Ensalada de Noche Buena (Christmas Eve Salad) is a Mexican fruit salad that has spread north of the border. It now often includes pomegranate dressing.
Who Cooked That Up?
Christmas Eve Salad or Ensalada de Noche Buena, is a traditional holiday dish in many areas of Mexico and in the Southwestern part of the United States. It is a delightful concoction rapidly increasing in popularity. In an effort to share something festive for the holiday season, I have researched the history of this colorful and interesting dish, but its origin proved more difficult to find than I expected. In an article on Christmas Eve customs, the Spanish language Mexican magazine “Mexico Desconocido” described the traditional holiday meal as always being accompanied by the Christmas Eve Salad. Elsewhere, web pages from Mexico call the salad of beets and fruits “la clasica” (the classic) for Christmas Eve ("Nochebuena"), but no one reports where and when the salad was first created. Nevertheless, it seems to be part of Mexican Christmas traditions, although in some parts of Mexico it appears to be virtually unknown.
In fact, the grande dame of Mexican cuisine, Diana Kennedy, simply dismisses the salad with the statement that she “could never quite take the eye-catching Christmas Eve Salad seriously.” The reason it is “eye-catching” is perhaps because it is often served in a glass bowl—a sort of salad version of an English trifle. Nevertheless, in her definitive volume on The Cuisines of Mexico, she lists ingredients...lettuce, beets, oranges, bananas, sweet limes, jicamas, peanuts and then includes two I’ve never included, sugar cane and small, hard sugar candies. However, you get the idea. The salad combines fruits and vegetables and, Diana Kennedy notwithstanding, usually includes a topping of peanuts and pomegranate seeds rather than sugar cane and hard candies.
HOME: NOVEMBER 11, 2005: FOOD
Ensalada de Nochebuena
Christmas Eve Salad
When Miguel was growing up in Phoenix, his grandmother grew pomegranates and citrus fruits in her yard, and those fruits usually found their way into her cooking. This is her version of a traditional salad eaten during the Christmas season when the pomegranates and other ingredients are available. The bright colors make a brilliant presentation on the holiday table.
6 medium beets, peeled, cooked, and diced (optional)
4 oranges, peeled and sectioned, with membranes removed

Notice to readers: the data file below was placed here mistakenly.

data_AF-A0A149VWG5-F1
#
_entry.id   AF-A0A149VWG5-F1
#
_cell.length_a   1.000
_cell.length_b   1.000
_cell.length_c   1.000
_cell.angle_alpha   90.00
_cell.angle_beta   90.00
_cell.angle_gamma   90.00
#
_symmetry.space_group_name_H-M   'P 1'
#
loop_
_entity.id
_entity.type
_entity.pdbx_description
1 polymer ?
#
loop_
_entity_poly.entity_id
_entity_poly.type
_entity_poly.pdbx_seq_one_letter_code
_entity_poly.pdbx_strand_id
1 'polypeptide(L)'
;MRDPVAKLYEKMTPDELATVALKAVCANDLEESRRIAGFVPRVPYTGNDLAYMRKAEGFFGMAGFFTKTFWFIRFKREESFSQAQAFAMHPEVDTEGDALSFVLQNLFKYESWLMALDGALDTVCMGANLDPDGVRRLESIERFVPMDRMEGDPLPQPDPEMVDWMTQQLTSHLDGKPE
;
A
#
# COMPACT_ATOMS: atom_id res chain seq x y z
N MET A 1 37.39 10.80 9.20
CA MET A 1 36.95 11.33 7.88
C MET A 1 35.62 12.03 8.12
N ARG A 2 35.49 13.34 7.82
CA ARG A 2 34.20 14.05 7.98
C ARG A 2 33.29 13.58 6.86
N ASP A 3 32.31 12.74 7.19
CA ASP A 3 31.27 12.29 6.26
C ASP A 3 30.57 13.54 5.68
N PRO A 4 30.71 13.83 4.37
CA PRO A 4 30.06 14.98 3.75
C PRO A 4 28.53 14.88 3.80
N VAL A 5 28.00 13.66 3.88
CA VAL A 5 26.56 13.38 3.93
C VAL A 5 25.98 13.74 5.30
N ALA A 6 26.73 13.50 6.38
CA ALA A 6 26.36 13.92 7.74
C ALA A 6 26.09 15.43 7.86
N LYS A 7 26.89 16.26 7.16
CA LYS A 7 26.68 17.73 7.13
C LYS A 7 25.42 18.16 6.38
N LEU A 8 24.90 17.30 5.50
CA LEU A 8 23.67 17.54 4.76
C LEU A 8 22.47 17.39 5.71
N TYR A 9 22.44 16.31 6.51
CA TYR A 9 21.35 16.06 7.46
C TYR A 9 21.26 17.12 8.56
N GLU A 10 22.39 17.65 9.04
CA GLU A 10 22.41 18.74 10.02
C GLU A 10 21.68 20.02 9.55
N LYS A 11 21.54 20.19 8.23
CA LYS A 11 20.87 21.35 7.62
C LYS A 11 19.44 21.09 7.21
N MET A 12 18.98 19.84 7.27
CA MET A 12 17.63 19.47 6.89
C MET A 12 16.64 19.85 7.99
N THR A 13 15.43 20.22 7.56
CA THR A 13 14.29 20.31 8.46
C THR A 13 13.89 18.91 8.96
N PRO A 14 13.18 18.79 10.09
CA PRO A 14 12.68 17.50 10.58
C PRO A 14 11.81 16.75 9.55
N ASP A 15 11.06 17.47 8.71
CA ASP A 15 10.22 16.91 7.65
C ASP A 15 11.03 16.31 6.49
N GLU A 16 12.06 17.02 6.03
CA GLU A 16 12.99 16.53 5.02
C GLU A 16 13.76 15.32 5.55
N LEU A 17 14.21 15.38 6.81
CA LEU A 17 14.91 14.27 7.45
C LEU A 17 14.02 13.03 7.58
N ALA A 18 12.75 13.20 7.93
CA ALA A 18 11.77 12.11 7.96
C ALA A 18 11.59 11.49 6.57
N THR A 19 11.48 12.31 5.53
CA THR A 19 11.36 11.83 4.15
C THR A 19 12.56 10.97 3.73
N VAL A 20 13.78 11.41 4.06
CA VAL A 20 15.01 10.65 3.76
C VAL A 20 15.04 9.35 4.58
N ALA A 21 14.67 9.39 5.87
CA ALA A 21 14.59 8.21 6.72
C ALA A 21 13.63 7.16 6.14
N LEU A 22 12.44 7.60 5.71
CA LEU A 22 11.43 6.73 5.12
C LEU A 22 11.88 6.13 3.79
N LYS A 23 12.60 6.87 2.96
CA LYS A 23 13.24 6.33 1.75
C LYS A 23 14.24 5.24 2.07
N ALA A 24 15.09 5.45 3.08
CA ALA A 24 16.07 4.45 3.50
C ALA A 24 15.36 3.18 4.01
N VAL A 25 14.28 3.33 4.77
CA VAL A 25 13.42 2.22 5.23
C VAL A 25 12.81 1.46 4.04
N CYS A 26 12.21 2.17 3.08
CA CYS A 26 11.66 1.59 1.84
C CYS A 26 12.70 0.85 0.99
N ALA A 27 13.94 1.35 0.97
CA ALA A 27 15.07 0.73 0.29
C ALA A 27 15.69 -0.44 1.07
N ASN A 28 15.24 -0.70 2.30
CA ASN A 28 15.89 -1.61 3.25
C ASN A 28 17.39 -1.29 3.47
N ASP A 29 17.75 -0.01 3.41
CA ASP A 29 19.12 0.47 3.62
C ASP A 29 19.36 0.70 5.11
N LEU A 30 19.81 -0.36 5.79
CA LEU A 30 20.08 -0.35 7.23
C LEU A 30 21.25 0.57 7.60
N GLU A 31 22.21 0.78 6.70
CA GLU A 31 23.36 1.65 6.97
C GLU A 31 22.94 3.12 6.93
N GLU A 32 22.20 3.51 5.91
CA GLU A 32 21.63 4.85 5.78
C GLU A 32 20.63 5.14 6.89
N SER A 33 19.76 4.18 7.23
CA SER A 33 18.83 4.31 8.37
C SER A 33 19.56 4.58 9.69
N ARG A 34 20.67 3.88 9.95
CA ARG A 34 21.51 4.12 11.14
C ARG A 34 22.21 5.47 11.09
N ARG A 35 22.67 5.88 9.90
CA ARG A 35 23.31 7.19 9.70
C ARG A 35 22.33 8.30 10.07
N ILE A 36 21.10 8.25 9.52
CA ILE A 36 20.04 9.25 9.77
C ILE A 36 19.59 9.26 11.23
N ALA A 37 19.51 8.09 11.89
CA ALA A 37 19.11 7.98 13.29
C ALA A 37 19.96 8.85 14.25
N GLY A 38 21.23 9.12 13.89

4 Red Delicious apples, peeled, cored, and diced
1 medium jicama, peeled and cut into match stick strips
1 cup roasted, unsalted peanuts
4 tablespoons sugar
1/4 cup rice vinegar
2 tablespoons olive oil
1/4 cup club soda
1 cup fresh pineapple cubes
2 bananas, sliced
1 head iceberg lettuce, thinly sliced
Makes 1.5 cups.
Seeds of 1 whole pomegranate, with some seeds reserved for garnish
1/2 cup sour cream
4 tablespoons sugar
1/2 cup apple juice
Combine all salad ingredients except the lettuce in a large nonreactive bowl and refrigerate for at least two to three hours.
While the salad is chilling, make the Pomegranate Dressing. Combine the pomegranate seeds, sour cream, sugar, and apple juice in a blender and puree.
Drain the salad and toss with Pomegranate Dressing. Serve on a bed of iceberg lettuce and garnish with reserved pomegranate seeds. Serves eight to 10.
* Reprinted with permission from Shearer Publishing © 2005
Yankee Travels Through the Island of Cuba
by Demoticus Philalethes
New York, NY: D. Appleton & Company
These suppers, it is easy to imagine, might well have produced serious indigestions; and on some days moreover, minced meat, roast turkey, salads and several other articles with which families provide themselves in Havana when going to the country, were added to our entertainment. The latter kind of supper is called of Noche Buena, as it is served on Christmas eve, even in the houses that are not in the habit of taking supper.
Face to Face with the Mexicans:
Domestic Life, Educational, Social, and Business Ways, Statesmanship and Literature, Legendary and General History of the Mexican People
by Fanny Chambers Gooch
New York, NY: Ford, Howard, & Hulbert
Esalada de la Noche Buena (Christmas Salad).—Wash and dry the lettuce, then chop fine. Put in a dish, oil, vinegar, sugar and a little salt; stir these well together; then add the lettuce, also beets sliced, with bananas, lemons and oranges, and some peanuts broken fine. Take pains that the fruit is placed on top.
18 December 1912, Fort Wayne (IN) Journal-Gazette, “The Christmas Festival of Old Mexico,” pg. 4, col. 4:
No presents are exchanged on Christmas day, that being reserved for the New Year festival; but fascinating dishes are eaten on the great day, notable the ensalada de la noche buena, a salad of many native fruits and vegetables, not to mention the gradually covered candies that decorated the top of it, to conform with some old tradition.
20 December 1936, Charleston (WV) Gazette, pg. 7, col. 8:
Ensalad de Noche Buena
Mexican Christmas Salad
Red and green and tantalizing as the baubles on the tree is this salad from a Mexican cook book.
2 ripe bananas
4 small beets